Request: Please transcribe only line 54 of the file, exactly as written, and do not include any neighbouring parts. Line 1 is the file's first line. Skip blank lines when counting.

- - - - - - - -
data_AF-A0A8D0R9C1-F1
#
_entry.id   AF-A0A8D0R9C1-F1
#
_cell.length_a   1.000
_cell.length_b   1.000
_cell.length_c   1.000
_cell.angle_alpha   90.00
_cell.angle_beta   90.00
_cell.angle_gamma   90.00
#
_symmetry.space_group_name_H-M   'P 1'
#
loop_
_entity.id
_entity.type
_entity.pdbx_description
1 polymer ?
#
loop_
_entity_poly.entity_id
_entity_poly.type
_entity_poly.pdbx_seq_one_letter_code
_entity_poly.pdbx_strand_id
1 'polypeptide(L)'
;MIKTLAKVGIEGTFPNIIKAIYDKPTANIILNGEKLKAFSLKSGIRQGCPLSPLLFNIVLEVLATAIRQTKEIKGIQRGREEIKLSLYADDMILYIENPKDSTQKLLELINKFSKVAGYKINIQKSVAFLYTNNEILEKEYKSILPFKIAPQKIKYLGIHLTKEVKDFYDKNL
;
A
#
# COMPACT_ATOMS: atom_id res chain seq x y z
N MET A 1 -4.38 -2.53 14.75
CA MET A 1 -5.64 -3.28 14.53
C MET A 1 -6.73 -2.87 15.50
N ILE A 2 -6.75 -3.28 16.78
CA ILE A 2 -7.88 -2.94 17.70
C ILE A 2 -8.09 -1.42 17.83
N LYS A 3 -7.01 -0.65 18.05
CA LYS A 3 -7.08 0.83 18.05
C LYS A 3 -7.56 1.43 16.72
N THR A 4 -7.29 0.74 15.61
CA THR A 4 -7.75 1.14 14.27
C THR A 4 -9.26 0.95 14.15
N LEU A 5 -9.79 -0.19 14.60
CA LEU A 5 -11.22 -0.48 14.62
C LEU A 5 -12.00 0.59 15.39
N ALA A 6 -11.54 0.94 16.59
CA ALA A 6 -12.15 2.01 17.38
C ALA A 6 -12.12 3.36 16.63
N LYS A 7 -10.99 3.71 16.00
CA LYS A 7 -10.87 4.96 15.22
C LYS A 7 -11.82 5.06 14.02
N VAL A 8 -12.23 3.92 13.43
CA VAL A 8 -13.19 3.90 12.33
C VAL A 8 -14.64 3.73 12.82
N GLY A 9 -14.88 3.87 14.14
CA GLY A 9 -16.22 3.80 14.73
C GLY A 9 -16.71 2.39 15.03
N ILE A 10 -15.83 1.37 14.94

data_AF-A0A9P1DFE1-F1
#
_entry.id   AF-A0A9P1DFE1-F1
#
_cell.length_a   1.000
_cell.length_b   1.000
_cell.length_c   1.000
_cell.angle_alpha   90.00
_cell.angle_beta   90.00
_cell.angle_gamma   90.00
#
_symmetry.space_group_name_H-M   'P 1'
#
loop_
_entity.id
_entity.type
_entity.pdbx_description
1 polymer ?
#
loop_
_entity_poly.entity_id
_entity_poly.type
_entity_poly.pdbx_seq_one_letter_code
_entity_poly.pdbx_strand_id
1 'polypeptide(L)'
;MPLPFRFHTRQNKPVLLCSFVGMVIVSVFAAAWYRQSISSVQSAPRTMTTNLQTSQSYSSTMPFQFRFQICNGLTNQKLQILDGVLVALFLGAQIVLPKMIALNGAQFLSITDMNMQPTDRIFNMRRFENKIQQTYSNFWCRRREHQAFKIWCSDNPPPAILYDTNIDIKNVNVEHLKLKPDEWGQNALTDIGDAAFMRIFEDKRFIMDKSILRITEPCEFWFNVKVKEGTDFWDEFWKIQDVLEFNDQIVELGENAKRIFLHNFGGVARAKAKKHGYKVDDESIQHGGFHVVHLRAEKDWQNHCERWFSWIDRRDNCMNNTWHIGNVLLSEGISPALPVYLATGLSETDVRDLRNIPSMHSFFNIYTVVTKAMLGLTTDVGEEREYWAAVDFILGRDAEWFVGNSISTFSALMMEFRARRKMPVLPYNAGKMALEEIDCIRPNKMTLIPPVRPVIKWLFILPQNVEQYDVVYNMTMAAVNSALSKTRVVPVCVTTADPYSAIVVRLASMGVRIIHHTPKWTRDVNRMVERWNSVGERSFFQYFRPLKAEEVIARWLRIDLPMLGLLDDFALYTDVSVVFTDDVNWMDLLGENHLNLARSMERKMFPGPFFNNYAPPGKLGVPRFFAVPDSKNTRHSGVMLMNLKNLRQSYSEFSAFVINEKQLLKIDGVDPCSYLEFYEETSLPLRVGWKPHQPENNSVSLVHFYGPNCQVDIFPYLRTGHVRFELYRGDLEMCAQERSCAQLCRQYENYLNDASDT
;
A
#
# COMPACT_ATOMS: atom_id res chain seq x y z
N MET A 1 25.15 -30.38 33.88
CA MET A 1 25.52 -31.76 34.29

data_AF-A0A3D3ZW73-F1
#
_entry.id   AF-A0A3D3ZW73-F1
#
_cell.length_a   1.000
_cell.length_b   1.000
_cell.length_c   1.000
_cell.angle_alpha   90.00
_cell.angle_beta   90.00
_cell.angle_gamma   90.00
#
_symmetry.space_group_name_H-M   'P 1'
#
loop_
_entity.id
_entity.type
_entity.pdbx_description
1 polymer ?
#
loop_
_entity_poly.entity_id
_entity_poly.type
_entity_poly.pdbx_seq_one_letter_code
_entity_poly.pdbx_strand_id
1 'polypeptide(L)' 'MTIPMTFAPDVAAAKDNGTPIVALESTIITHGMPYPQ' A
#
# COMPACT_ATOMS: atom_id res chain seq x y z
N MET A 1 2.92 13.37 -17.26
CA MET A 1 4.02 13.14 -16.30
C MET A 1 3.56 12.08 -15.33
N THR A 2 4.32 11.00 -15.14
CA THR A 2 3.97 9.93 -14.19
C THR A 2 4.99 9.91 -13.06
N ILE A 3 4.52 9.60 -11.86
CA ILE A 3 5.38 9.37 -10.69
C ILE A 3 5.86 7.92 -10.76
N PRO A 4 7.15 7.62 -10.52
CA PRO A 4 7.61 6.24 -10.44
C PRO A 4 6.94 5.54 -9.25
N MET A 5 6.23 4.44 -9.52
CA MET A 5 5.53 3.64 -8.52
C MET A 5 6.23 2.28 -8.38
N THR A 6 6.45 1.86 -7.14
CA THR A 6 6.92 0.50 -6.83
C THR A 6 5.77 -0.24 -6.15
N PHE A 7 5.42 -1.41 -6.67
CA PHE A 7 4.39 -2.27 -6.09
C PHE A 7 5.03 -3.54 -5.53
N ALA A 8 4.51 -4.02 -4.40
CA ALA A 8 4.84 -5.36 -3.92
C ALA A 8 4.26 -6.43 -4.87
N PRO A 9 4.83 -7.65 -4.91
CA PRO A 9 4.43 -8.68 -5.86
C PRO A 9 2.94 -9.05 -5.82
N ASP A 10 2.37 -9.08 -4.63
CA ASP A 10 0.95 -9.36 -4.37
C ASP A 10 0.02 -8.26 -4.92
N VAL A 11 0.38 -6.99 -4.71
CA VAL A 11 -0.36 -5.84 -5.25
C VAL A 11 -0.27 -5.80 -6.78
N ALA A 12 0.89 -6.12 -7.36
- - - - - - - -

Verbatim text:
C VAL A 8 -14.64 3.73 12.82